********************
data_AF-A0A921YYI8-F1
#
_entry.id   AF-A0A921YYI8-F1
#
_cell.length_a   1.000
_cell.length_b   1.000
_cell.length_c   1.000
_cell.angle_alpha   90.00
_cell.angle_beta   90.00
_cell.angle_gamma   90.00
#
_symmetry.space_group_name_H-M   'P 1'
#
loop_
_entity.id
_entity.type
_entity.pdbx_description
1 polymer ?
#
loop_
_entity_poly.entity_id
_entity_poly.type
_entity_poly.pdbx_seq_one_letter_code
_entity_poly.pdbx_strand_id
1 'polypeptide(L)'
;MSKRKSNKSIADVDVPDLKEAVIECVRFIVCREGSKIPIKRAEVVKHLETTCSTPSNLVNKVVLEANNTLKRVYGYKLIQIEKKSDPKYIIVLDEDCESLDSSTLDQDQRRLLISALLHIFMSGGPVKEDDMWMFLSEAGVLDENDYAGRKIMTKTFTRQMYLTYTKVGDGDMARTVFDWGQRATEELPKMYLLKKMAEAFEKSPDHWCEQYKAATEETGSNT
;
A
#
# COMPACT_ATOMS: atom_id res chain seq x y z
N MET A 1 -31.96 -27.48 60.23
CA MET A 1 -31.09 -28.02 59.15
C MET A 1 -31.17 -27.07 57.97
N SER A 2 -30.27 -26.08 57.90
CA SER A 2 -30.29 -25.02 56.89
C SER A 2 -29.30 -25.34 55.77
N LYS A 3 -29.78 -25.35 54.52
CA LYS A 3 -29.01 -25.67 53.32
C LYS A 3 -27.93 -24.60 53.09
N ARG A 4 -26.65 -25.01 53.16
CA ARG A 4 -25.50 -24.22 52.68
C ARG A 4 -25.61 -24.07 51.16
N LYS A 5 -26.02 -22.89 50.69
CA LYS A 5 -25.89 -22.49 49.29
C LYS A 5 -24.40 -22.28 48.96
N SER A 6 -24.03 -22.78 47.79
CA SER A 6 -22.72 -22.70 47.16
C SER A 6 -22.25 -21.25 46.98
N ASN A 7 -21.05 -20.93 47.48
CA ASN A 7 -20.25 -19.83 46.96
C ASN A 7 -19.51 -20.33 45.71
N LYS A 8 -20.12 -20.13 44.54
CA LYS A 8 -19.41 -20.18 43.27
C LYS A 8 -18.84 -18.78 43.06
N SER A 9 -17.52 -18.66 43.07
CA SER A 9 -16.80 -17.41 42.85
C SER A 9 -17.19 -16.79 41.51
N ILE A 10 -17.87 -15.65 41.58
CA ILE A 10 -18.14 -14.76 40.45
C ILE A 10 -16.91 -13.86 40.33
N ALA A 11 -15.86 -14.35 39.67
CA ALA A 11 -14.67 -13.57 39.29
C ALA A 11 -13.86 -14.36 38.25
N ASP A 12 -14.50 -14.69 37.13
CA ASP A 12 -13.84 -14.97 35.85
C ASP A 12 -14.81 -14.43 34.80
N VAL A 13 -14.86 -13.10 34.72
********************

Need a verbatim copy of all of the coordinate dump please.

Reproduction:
data_AF-A0A921YYI8-F1
#
_entry.id   AF-A0A921YYI8-F1
#
_cell.length_a   1.000
_cell.length_b   1.000
_cell.length_c   1.000
_cell.angle_alpha   90.00
_cell.angle_beta   90.00
_cell.angle_gamma   90.00
#
_symmetry.space_group_name_H-M   'P 1'
#
loop_
_entity.id
_entity.type
_entity.pdbx_description
1 polymer ?
#
loop_
_entity_poly.entity_id
_entity_poly.type
_entity_poly.pdbx_seq_one_letter_code
_entity_poly.pdbx_strand_id
1 'polypeptide(L)'
;MSKRKSNKSIADVDVPDLKEAVIECVRFIVCREGSKIPIKRAEVVKHLETTCSTPSNLVNKVVLEANNTLKRVYGYKLIQIEKKSDPKYIIVLDEDCESLDSSTLDQDQRRLLISALLHIFMSGGPVKEDDMWMFLSEAGVLDENDYAGRKIMTKTFTRQMYLTYTKVGDGDMARTVFDWGQRATEELPKMYLLKKMAEAFEKSPDHWCEQYKAATEETGSNT
;
A
#
# COMPACT_ATOMS: atom_id res chain seq x y z
N MET A 1 -31.96 -27.48 60.23
CA MET A 1 -31.09 -28.02 59.15
C MET A 1 -31.17 -27.07 57.97
N SER A 2 -30.27 -26.08 57.90
CA SER A 2 -30.29 -25.02 56.89
C SER A 2 -29.30 -25.34 55.77
N LYS A 3 -29.78 -25.35 54.52
CA LYS A 3 -29.01 -25.67 53.32
C LYS A 3 -27.93 -24.60 53.09
N ARG A 4 -26.65 -25.01 53.16
CA ARG A 4 -25.50 -24.22 52.68
C ARG A 4 -25.61 -24.07 51.16
N LYS A 5 -26.02 -22.89 50.69
CA LYS A 5 -25.89 -22.49 49.29
C LYS A 5 -24.40 -22.28 48.96
N SER A 6 -24.03 -22.78 47.79
CA SER A 6 -22.72 -22.70 47.16
C SER A 6 -22.25 -21.25 46.98
N ASN A 7 -21.05 -20.93 47.48
CA ASN A 7 -20.25 -19.83 46.96
C ASN A 7 -19.51 -20.33 45.71
N LYS A 8 -20.12 -20.13 44.54
CA LYS A 8 -19.41 -20.18 43.27
C LYS A 8 -18.84 -18.78 43.06
N SER A 9 -17.52 -18.66 43.07
CA SER A 9 -16.80 -17.41 42.85
C SER A 9 -17.19 -16.79 41.51
N ILE A 10 -17.87 -15.65 41.58
CA ILE A 10 -18.14 -14.76 40.45
C ILE A 10 -16.91 -13.86 40.33
N ALA A 11 -15.86 -14.35 39.67
CA ALA A 11 -14.67 -13.57 39.29
C ALA A 11 -13.86 -14.36 38.25
N ASP A 12 -14.50 -14.69 37.13
CA ASP A 12 -13.84 -14.97 35.85
C ASP A 12 -14.81 -14.43 34.80
N VAL A 13 -14.86 -13.10 34.72